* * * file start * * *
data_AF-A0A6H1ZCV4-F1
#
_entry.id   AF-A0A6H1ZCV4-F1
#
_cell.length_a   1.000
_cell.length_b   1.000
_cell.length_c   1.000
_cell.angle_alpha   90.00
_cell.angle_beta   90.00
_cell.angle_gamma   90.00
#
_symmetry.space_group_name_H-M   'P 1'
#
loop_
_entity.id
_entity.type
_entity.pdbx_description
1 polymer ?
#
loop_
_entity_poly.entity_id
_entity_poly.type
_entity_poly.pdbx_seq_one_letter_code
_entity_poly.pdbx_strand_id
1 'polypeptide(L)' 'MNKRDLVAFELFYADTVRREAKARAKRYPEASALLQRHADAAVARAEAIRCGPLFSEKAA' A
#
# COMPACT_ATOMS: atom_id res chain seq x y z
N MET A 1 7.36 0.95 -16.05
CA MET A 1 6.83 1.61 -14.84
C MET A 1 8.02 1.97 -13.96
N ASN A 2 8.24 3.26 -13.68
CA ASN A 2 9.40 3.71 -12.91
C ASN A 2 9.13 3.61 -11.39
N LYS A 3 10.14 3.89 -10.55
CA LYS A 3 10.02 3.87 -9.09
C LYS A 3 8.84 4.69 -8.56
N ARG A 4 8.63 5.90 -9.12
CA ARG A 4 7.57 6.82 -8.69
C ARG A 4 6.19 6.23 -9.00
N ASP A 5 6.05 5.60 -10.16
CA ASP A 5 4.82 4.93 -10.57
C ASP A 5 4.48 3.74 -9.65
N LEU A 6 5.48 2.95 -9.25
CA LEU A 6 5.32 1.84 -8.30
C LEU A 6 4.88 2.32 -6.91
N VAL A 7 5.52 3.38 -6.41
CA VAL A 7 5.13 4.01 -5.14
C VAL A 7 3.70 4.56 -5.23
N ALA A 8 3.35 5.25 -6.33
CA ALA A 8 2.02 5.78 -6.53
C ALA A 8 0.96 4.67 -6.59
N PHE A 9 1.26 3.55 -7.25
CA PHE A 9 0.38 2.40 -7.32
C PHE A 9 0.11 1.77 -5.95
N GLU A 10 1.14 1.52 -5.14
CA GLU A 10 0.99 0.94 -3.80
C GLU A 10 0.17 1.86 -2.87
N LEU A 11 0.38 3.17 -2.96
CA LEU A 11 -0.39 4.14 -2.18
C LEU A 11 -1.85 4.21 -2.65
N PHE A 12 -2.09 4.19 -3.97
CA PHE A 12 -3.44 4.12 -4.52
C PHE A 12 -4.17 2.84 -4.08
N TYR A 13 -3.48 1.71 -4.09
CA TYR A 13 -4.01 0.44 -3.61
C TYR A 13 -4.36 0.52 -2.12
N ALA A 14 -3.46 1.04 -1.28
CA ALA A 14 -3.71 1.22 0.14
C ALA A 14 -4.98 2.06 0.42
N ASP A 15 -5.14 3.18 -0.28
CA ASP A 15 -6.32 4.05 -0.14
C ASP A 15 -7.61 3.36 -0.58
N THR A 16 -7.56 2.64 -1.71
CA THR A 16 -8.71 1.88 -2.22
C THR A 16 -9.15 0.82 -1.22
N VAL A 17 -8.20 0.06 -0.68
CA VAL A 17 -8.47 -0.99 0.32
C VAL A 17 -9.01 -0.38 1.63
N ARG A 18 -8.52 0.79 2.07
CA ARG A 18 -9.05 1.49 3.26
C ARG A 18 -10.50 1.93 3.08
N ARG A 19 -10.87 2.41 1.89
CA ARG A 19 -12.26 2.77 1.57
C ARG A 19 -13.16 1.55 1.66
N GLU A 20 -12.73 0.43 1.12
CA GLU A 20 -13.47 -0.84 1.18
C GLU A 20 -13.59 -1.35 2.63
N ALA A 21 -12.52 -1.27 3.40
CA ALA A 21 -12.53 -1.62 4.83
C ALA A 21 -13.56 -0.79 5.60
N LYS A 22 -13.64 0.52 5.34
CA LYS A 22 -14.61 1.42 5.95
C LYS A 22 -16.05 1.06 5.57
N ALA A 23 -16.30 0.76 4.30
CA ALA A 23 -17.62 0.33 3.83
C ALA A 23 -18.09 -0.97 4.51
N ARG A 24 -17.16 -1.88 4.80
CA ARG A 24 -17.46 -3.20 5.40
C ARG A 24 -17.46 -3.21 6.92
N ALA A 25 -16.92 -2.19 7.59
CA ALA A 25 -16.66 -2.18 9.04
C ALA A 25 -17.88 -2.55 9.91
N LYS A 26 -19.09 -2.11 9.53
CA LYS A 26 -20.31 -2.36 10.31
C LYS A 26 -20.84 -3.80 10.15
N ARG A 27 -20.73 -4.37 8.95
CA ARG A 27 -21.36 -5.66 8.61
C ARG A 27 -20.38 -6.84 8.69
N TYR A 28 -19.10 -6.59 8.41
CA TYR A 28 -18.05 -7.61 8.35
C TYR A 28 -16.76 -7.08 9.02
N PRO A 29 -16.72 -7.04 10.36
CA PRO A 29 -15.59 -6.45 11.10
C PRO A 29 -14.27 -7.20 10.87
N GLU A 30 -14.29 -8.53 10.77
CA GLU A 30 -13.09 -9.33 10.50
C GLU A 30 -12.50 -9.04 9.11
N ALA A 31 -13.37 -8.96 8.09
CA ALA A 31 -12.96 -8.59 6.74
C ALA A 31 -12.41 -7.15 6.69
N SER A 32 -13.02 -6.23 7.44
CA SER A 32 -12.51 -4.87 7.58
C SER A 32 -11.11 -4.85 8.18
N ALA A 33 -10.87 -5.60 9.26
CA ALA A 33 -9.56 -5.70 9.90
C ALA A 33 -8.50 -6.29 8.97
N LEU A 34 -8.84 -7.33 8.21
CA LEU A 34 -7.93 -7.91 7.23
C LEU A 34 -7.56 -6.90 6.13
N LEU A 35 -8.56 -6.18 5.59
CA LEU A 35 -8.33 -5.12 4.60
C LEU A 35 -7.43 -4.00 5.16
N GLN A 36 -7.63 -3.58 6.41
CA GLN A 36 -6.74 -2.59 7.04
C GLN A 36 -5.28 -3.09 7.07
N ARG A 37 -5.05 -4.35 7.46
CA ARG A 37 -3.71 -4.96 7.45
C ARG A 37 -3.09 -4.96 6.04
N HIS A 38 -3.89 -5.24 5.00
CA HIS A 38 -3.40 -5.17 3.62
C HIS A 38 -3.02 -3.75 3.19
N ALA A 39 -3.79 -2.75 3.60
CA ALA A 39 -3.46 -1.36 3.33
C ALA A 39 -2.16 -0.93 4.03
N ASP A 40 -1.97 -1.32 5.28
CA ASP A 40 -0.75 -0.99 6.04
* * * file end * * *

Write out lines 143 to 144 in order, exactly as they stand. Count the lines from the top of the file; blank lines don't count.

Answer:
CA ALA A 39 -3.46 -1.36 3.33
C ALA A 39 -2.16 -0.93 4.03